CASSELS, Ian and TAYLOR, Caitlin

As a young man, Ian Cassels was addicted to games of strategy, including a complicated chess-like game called Go.

It’s no great surprise then, that he has spent most of his adult life aiming to be several steps ahead of everyone else in his mission to make Wellington one of the world’s great cities.

Born in Northern Ireland to Kiwi parents, Cassels emigrated to New Zealand with his family at the age of five. Among other things, his father ran a YMCA.

A Victoria University maths and philosophy graduate, Ian tried his hand at property development after the crash of his first marriage, and the 1980s stockmarket. But it is probably no accident that both he and his brother, colourful Christchurch identity Alasdair Cassels, ended up in the property game.  The similarities don’t end there – their current partners are sisters.

Sir Robert Jones once recalled that in the early days Cassels used to turn up to property industry cocktail parties looking like “a screaming arsehole” in Hawaiian shirts.  According to Jones, Cassels eventually transformed into “the most dapper man in town.”

As co-directors and 50/50 shareholders in The Wellington Company, he and his partner Caitlin Taylor have been a dominant force in the redevelopment of Wellington’s urban environment and historic places since the late 1990s.

Their flagship project, Spark Central, is a case in point. Having acquired the site in 1999 for just $10 million, Cassels invested a further $100m to create what he’s described as “the best building in Wellington by quite a long way.” With a five-star green design rating, the finished project included a 12-storey refurbished heritage building and a new 11-storey office tower that attracted a rateable value of $188m just before it was sold for a Wellington record price of just less than $200m.

Known as an innovator

Other notable projects have included the Todd Tower, where more than $1m was spent on seismic upgrades, and the old Manthel Motors building in Taranaki St, which was the city’s first fabric-covered office block and has become the new headquarters for Xero.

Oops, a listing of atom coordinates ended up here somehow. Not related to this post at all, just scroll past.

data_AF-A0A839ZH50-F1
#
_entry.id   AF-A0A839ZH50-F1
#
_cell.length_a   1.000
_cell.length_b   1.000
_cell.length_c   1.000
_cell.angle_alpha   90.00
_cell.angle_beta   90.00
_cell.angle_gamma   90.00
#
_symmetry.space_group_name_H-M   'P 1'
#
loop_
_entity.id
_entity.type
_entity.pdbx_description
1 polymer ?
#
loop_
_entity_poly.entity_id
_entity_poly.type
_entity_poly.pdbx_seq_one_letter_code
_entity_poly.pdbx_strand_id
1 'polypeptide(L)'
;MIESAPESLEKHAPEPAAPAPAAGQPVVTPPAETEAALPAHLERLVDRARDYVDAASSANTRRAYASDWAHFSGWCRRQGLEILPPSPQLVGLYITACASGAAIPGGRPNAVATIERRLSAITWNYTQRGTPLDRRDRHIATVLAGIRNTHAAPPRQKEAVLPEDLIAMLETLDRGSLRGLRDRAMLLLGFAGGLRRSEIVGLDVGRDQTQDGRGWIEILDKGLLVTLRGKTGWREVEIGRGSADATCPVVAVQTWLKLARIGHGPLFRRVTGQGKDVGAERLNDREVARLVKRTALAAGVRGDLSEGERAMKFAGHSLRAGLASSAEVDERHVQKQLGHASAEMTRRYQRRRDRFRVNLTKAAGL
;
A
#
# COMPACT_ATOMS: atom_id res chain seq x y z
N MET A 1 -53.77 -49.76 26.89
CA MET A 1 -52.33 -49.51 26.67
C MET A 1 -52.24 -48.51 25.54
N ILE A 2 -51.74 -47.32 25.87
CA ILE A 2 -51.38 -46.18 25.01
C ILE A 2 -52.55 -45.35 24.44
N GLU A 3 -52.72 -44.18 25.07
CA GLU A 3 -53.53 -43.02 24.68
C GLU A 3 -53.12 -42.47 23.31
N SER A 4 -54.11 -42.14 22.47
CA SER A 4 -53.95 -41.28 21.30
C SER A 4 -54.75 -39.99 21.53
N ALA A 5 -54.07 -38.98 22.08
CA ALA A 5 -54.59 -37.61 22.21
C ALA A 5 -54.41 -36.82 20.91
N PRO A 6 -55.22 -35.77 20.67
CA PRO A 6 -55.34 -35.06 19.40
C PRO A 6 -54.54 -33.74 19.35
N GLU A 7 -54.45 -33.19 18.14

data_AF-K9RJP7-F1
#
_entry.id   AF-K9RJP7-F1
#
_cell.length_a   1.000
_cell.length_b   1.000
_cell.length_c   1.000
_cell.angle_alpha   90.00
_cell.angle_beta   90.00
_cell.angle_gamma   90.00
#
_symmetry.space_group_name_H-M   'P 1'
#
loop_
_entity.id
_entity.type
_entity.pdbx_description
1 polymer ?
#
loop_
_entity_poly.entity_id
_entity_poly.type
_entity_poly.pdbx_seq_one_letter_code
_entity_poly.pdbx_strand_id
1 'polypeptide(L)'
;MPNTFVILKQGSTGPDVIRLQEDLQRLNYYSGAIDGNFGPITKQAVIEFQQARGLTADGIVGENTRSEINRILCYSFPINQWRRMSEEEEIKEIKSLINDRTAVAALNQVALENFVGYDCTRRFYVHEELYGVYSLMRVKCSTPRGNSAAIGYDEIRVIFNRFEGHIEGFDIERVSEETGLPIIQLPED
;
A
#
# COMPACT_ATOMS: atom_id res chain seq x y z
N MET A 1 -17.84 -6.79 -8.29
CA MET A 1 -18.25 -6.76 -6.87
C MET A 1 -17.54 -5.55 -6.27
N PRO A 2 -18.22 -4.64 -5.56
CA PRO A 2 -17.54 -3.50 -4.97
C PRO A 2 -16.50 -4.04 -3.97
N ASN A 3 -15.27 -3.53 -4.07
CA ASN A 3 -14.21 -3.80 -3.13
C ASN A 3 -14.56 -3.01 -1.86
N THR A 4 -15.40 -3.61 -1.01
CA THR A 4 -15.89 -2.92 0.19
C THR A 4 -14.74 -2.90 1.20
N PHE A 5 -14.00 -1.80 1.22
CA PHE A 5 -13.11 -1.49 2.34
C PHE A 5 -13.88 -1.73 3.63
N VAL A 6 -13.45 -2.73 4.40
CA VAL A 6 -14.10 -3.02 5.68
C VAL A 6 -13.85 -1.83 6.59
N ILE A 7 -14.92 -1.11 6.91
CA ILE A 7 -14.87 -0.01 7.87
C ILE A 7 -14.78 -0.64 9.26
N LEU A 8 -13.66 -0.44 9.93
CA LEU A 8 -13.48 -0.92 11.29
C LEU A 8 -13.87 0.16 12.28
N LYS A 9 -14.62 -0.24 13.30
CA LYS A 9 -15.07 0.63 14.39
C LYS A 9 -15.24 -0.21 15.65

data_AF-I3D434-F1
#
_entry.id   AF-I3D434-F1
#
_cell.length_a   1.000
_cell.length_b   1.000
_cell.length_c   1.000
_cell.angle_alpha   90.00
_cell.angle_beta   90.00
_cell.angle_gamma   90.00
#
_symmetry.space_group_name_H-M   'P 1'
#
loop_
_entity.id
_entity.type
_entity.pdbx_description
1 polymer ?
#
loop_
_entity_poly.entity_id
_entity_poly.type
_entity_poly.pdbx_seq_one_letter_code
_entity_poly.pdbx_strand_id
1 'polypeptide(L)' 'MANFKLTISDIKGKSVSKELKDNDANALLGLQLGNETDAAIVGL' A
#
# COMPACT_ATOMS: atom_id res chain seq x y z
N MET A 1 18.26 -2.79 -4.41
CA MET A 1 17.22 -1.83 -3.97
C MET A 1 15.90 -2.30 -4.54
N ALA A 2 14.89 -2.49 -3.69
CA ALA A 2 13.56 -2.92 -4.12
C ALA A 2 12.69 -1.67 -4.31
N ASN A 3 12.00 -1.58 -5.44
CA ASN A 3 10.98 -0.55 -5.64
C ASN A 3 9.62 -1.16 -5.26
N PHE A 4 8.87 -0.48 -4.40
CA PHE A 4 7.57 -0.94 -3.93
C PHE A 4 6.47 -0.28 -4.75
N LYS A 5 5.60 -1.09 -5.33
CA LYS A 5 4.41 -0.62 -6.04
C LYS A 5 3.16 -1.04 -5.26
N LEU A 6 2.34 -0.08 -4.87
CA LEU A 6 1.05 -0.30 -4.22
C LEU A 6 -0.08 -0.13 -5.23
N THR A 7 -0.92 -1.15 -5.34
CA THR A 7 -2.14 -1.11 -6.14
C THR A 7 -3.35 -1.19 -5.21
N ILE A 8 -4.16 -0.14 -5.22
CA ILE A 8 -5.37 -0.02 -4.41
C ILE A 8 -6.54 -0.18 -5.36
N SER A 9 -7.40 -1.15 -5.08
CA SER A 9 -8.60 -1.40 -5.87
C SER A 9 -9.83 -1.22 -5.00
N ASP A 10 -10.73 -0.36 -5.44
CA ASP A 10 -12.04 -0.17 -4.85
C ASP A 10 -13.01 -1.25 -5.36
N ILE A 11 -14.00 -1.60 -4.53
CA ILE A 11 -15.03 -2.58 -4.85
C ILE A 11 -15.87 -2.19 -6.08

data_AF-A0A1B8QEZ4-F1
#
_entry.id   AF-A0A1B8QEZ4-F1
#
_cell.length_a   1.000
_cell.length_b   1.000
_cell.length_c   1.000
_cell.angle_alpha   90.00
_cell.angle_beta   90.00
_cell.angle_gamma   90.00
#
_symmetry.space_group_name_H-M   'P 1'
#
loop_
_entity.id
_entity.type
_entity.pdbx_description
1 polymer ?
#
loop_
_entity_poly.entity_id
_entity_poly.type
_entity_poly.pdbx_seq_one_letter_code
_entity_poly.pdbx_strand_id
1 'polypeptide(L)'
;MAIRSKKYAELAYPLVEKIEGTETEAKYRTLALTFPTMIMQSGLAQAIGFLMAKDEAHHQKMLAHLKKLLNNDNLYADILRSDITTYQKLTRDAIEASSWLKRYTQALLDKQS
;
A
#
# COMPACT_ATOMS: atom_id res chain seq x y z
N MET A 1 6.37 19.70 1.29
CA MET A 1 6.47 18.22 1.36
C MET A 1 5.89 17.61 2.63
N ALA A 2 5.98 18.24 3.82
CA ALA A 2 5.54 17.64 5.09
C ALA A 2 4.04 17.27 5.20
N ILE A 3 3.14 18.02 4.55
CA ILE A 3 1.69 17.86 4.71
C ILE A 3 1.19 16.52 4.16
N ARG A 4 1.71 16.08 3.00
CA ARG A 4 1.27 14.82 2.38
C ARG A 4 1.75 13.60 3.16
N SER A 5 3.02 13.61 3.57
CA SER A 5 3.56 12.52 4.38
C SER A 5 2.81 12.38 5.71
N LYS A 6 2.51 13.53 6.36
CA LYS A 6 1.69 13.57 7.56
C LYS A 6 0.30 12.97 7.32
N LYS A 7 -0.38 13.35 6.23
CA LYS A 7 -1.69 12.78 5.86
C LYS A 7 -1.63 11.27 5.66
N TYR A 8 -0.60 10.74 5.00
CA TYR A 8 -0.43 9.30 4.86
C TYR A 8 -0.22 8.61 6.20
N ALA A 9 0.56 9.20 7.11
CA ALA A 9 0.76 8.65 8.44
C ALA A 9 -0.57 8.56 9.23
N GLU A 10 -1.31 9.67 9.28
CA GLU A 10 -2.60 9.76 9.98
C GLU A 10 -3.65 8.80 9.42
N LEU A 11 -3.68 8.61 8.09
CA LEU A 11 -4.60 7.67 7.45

In the post-1987 crash era when funding was difficult and many institutions were selling down, Cassels was one of the first to see pressure building on the demand side of the office occupancy curve. Using unit titles to fund acquisitions allowed the business to acquire a significant number of good-quality assets with minimal risk.

Cassels is also known as an innovator who has been able to rapidly identify trends and opportunities – like the need for affordable housing. In partnership with KiwiBuild, The Wellington Company is developing 22 apartments in Lower Hutt’s High Street Quarter and another 44 units in Mt Cook. In early 2019 he was also moved to create “pop up” emergency student accommodation for just $20 a night to ease the hardship on students desperately seeking summer accommodation.

The couple’s latest development is a 15-year lease agreement with Wellington City Council to convert the old Freemasons House on Willis St into 35 affordable apartments at no cost to ratepayers. Called Te Kainga, the project is being led by Cassels’ son, Alex, who says he personally felt that the solution to the city’s rental crisis “sat with the people who have the ability and know how to address it so, therefore, we think we can make a difference.”

Not that everything has been plain sailing for Cassels senior. Plans to build 96 townhouses on the historic Erskine College site have taken 18 years to finally come to fruition, with a promise to spend $7m restoring the Category-1 listed French Gothic chapel.

Wellington’s Shelly Bay is another high-profile battle zone, with Sir Peter Jackson publicly opposing The Wellington Company’s proposed $500m redevelopment of an old military site and pledging that his fight with Wellington’s Mayor Justin Lester “is only going to get more ugly.”

Cassels was once quoted as saying that board games revealed a person’s character. “You either play for power or territory. I constantly play for power,” he told the Dominion Post. “Territory doesn’t bother me. In a property sense it's the same thing. I'm much more interested in what I'm able to do than what I currently own."

A generous supporter of the arts, as well as a director of the Nikau Foundation, which aims to build healthy, resilient and self-sustaining communities, he announced in August that he would donate $10,000 from the profit of every house and apartment he sold over $800,000 to the Wellington City Mission.

The 65-year-old father of four sons (Alex and Andrew, with his ex-wife, and Ptolemy and Euripides [Rips]) lives with Taylor on a 45ha property at Te Horo Beach north of Wellington.